In 1997, friends Dena Tripp and Debra Shwetz set out to create a luscious, melt-in-your-mouth bundt cake. What began as an endeavor in their own home kitchens soon blossomed into a bustling business with bakeries in 13 states. Rich cocoa browns and soft pastels lend a nostalgic feel to each bakery, where every day lava-powered ovens warm up batter made from fresh eggs, real butter, and cream cheese. Flavors such as chocolate chocolate chip, pecan praline, and white-chocolate raspberry remain constants on the menu, and a new flavor makes a guest appearance each month. Cakes come in several sizes, from the standard 8- or 10-inch bundt to the single-serving bundtlet and the bite-size bundtini, all frosted with a signature blend of cream cheese and butter.
Each Nothing Bundt Cakes location also houses its own stock of gifts. Patrons may come across the brightly hued handle of a confetti cake knife or opt to take home an old-fashioned tin, perfect for stowing coffee and imprisoning gingerbread men who have tried to run away. Contact the location of your choice for gift pricing and availability.
Coffee Squared's Cuvee-trained baristas steam and beautify specialty drinks with skill as they multitask to craft pastries and sandwiches. Rich coffee ($1.75–$2.25) widens the drooping eyelids of patrons as steam billows up from piping-hot cups of organic Mighty Leaf tea ($2.05–$2.45) plucked from sustainable farms. Iced white mochas ($3.95–$4.25) send energizing chills down spines as masterfully brewed espresso and sweet cocoa tango down throat chutes. Guests can feel free to sink into sumptuous leather club chairs to work remotely or look up their elvish pseudonym on Coffee Squared's free WiFi network while gobbling up sandwiches and pastries ($1.75–$5) from a rotating menu. The list of hunger quenchers showcases such treats as cranberry blondies and kolacky—fruit poised in buttery dough rounds. Red brick peeks out from behind strategically destroyed drywall in the cozy cafe, creating an artistic canvas on which contemporary paintings hang and at which guests can look while daydreaming or free associating about masonry, freemasonry, the Founding Fathers, and mothers that have a tendency to get lost.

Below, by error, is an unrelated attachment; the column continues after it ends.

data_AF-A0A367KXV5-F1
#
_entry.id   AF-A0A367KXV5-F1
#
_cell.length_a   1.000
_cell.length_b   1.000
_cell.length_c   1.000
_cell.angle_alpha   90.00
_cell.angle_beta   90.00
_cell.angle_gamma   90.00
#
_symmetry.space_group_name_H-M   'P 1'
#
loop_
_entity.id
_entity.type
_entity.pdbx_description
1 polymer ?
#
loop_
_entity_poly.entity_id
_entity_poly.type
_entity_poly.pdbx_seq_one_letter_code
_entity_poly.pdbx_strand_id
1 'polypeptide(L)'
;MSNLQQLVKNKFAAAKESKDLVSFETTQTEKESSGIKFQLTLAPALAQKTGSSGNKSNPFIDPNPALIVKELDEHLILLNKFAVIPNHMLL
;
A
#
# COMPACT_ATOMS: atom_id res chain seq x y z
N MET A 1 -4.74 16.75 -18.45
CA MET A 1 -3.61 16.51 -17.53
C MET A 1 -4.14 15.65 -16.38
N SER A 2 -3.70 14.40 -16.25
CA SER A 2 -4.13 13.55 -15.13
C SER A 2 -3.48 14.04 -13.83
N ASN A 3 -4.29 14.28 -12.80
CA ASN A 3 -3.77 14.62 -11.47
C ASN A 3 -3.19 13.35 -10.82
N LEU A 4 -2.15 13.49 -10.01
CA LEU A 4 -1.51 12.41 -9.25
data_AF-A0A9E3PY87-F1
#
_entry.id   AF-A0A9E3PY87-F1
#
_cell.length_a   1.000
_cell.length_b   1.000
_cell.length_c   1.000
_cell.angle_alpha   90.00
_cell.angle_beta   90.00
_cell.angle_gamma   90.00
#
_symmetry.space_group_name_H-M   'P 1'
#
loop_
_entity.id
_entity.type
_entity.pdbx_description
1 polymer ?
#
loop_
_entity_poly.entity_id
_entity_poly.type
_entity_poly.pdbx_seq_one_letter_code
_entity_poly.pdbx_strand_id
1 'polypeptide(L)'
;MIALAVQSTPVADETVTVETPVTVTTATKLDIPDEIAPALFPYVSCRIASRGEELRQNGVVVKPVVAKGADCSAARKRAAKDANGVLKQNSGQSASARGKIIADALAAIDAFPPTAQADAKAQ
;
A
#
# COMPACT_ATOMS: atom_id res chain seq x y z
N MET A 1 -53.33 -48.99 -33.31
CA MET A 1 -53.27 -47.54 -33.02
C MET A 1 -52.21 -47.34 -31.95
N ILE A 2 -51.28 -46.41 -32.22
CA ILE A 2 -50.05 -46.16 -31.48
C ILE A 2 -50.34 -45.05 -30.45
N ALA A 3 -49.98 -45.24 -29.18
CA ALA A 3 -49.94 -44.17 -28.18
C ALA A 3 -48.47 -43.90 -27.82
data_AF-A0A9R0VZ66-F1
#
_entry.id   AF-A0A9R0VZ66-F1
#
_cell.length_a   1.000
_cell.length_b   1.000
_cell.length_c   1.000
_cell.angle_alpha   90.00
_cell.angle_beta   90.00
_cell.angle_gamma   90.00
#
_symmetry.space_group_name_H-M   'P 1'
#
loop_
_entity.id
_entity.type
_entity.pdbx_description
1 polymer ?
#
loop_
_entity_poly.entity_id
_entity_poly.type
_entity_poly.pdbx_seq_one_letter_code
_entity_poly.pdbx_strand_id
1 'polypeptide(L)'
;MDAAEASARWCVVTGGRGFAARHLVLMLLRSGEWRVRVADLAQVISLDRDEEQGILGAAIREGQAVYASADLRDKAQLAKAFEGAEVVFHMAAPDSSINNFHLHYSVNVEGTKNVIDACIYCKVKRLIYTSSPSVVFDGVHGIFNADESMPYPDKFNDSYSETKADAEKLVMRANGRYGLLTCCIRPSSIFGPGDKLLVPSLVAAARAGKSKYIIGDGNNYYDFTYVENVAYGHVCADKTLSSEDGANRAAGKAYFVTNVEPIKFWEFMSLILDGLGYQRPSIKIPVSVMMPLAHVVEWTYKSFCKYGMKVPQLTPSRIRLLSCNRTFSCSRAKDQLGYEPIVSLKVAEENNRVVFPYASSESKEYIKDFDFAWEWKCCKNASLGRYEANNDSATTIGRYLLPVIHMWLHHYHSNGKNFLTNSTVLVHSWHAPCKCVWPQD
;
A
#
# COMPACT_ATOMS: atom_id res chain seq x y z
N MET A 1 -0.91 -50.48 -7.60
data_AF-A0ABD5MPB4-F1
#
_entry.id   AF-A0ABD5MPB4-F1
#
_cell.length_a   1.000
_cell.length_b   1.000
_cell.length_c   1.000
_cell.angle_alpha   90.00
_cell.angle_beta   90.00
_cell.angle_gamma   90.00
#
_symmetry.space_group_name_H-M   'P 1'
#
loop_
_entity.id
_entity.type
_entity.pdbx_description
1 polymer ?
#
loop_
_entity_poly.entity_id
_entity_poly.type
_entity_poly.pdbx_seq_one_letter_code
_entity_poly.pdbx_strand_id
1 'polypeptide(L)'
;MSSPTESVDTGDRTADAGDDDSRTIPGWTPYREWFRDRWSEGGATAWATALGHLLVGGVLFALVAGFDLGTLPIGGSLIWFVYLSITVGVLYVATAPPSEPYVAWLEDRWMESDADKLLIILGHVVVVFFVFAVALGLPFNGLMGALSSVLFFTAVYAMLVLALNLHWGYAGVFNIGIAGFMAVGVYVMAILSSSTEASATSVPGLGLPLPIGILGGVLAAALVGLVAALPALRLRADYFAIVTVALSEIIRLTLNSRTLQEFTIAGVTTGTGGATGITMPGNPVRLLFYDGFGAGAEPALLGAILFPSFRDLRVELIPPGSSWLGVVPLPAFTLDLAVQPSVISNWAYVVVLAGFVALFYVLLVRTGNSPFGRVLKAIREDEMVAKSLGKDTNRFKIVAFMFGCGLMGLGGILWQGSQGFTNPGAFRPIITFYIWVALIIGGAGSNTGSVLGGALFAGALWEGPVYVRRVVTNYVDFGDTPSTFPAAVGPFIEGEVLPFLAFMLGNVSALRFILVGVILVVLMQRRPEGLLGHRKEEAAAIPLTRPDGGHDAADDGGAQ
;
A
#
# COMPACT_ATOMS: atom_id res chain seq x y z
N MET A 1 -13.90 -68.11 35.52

After being widowed in 1982, Ruby Lorraine Feagan, better known as Tootie, began supporting her family one pie at a time, building her reputation as she won a succession of baking contests throughout Texas hill country. Investor Don Merrill came into the fold after reading a flattering article in Southern Living magazine and subsequently tasting one of Tootie's crusty, buttery, 6-pound apple pies. Today, Tootie and her daughter continue to ensure the quality of Tootie Pie Co. Gourmet Café's 13 signature pie flavors — which also include lemon velvet, coconut supreme, and the Rachael Ray–praised pumpkin pie — as they're carefully crafted and delivered to customers' homes nationwide. The bakery's burgeoning fame has extended to the Food Network's Kid in a Candy Store, which featured Tootie's pie-on-a-stick, slices of signature desserts skewered and dipped in chocolate.